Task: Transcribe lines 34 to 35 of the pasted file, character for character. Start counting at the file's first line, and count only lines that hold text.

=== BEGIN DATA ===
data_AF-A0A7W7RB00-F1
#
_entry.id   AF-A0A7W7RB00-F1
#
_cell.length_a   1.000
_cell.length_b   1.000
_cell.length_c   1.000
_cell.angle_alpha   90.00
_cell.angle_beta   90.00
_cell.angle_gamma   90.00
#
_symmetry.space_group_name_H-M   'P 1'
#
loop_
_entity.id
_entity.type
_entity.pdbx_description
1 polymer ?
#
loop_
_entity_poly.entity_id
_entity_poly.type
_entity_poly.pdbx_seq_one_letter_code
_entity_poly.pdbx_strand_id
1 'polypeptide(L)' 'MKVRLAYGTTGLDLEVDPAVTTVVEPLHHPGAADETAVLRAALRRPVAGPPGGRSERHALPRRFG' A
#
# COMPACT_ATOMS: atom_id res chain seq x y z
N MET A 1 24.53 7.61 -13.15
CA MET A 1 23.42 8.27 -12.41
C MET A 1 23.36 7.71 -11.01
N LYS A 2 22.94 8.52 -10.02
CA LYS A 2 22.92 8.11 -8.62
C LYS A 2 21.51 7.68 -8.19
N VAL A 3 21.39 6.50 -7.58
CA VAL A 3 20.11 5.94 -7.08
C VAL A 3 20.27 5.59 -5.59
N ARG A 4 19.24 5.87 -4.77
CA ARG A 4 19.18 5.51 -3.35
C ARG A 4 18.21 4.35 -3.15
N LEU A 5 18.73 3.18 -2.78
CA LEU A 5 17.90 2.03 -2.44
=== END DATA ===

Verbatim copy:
N VAL A 3 21.39 6.50 -7.58
CA VAL A 3 20.11 5.94 -7.08